Controversy has erupted in Cuyahoga County, Ohio following reports that its Department of Children and Family Services (DCFS) has been housing foster children in an office building. While the department calls the move a “last resort” for children who haven’t yet been matched with a home, concern has grown with news that some kids spend weeks in the building.
A Last Resort?
“While we work very hard to find immediate, appropriate placements for any child who cannot be cared for by his or her own parents or family, there may be a period of time when a child stays in the child care room at the Jane Edna Hunter building while we work on finding the right placement for that child’s needs,” county spokesperson Mary Louise Madigan said, according to 19 News.
“We work to make sure this is for a short amount of time — hours — but there have been times lately when placements, particularly for children with intense needs, are not immediate,” she continued.
Specifically, a 17-year-old boy has been living in the building for more than a month after arriving on May 28. Outlets are also reporting on a 14-year-old girl who spent several days at the facility and a 13-year-old boy who stayed there for over a week.
“This is definitely a last resort,” DCFS Deputy Director Jackie McCray said to News 5. “We try to exhaust all options and for whatever reason, the caregivers or the providers are unable to meet their individual needs.”
McCray agreed that living in the building for extended periods is not an ideal situation for foster children.
“Despite all the things we can put in place, this is not a home, this is not a family, so it is a last resort when we have exhausted all other means to find a family-like or therapeutic placement for a young person,” she said.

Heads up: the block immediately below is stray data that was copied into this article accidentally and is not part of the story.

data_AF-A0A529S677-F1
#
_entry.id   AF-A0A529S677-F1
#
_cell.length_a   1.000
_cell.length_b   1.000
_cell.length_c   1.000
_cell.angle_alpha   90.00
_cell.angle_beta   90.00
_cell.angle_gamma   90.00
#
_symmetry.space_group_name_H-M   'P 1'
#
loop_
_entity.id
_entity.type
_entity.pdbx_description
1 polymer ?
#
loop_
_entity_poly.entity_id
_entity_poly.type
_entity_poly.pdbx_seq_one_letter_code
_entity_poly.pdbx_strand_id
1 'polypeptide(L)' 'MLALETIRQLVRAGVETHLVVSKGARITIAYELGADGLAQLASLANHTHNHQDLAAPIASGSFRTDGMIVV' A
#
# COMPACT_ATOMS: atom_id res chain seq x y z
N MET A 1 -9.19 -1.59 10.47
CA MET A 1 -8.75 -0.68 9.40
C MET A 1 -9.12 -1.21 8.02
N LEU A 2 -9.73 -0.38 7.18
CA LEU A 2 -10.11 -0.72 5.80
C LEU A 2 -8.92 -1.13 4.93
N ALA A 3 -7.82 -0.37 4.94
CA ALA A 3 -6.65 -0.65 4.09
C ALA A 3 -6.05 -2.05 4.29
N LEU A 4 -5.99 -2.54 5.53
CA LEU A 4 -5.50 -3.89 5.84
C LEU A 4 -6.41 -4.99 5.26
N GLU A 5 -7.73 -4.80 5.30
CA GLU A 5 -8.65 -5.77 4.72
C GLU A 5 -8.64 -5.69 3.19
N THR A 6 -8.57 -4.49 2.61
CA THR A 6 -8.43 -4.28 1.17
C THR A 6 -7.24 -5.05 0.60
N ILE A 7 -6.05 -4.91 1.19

Advocates Speak Out
In response to the story, advocacy group Children’s Defense Fund Ohio has released a statement denouncing the practice.
“Let’s be clear — if the child’s birth family was housing them in an office, it would not be seen as acceptable and would likely be seen as grounds for removal,” the statement read. “To house a child for even one night in the Children’s Services offices is unacceptable, to do so for three weeks is a gross violation of that child’s rights and [an] indication that our capacity to serve children in need [is] insufficient.”
The Ohio Family Care Association (OFCA) has also weighed in. Administrator Dot Erickson-Anderson attributed the issue to a lack of guardians willing to foster teens.
“Not many people who want to adopt are looking at teens, they’re looking at smaller children,” she said, according to 19 News.
McCray echoed these sentiments, citing a reduced capacity for the state’s foster care system to handle the abundance of cases.
“I would say it’s a crisis situation for not just Cuyahoga County DCFS, but across the state of Ohio,” McCray said.
The Children’s Defense Fund Ohio is now calling for action, including the immediate placement of kids living in the county offices and the strengthening of private and public placement systems.
“The situation demands needed changes and improvements beginning with collecting data to ensure accountability, strengthening the overall child welfare system to meet the demand, and preserving child welfare funding,” the organization’s statement read. “We are in a perfect storm and all our elected officials in Cleveland, Columbus, and in Washington, D.C. must do all they can to protect and serve vulnerable children.”